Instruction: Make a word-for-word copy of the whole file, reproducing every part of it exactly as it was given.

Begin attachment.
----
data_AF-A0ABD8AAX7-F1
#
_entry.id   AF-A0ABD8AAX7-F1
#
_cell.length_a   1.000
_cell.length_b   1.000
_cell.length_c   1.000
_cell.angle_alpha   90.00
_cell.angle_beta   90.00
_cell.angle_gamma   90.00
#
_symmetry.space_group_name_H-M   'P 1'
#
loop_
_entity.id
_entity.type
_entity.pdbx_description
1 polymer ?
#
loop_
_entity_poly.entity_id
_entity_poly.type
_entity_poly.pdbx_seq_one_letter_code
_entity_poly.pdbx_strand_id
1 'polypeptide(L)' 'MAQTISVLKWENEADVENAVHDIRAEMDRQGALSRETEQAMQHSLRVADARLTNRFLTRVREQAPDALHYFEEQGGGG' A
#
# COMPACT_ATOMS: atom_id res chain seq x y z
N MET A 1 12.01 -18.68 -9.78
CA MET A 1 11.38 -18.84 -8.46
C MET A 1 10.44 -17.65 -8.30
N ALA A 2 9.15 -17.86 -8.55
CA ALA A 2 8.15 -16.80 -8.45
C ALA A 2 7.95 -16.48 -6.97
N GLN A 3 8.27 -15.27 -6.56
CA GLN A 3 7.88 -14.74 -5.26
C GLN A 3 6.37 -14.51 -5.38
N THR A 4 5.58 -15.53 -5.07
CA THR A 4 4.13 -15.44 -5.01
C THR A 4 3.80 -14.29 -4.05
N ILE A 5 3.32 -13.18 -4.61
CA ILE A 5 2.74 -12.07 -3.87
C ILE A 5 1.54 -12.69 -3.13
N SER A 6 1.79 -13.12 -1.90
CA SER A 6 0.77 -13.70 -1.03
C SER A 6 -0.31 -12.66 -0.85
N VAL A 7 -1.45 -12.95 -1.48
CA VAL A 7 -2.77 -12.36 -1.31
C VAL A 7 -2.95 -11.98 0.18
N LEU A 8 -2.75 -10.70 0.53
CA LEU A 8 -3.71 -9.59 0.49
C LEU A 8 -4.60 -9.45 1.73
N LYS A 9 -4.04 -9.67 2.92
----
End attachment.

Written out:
data_AF-A0ABD8AAX7-F1
#
_entry.id   AF-A0ABD8AAX7-F1
#
_cell.length_a   1.000
_cell.length_b   1.000
_cell.length_c   1.000
_cell.angle_alpha   90.00
_cell.angle_beta   90.00
_cell.angle_gamma   90.00
#
_symmetry.space_group_name_H-M   'P 1'
#
loop_
_entity.id
_entity.type
_entity.pdbx_description
1 polymer ?
#
loop_
_entity_poly.entity_id
_entity_poly.type
_entity_poly.pdbx_seq_one_letter_code
_entity_poly.pdbx_strand_id
1 'polypeptide(L)' 'MAQTISVLKWENEADVENAVHDIRAEMDRQGALSRETEQAMQHSLRVADARLTNRFLTRVREQAPDALHYFEEQGGGG' A
#
# COMPACT_ATOMS: atom_id res chain seq x y z
N MET A 1 12.01 -18.68 -9.78
CA MET A 1 11.38 -18.84 -8.46
C MET A 1 10.44 -17.65 -8.30
N ALA A 2 9.15 -17.86 -8.55
CA ALA A 2 8.15 -16.80 -8.45
C ALA A 2 7.95 -16.48 -6.97
N GLN A 3 8.27 -15.27 -6.56
CA GLN A 3 7.88 -14.74 -5.26
C GLN A 3 6.37 -14.51 -5.38
N THR A 4 5.58 -15.53 -5.07
CA THR A 4 4.13 -15.44 -5.01
C THR A 4 3.80 -14.29 -4.05
N ILE A 5 3.32 -13.18 -4.61
CA ILE A 5 2.74 -12.07 -3.87
C ILE A 5 1.54 -12.69 -3.13
N SER A 6 1.79 -13.12 -1.90
CA SER A 6 0.77 -13.70 -1.03
C SER A 6 -0.31 -12.66 -0.85
N VAL A 7 -1.45 -12.95 -1.48
CA VAL A 7 -2.77 -12.36 -1.31
C VAL A 7 -2.95 -11.98 0.18
N LEU A 8 -2.75 -10.70 0.53
CA LEU A 8 -3.71 -9.59 0.49
C LEU A 8 -4.60 -9.45 1.73
N LYS A 9 -4.04 -9.67 2.92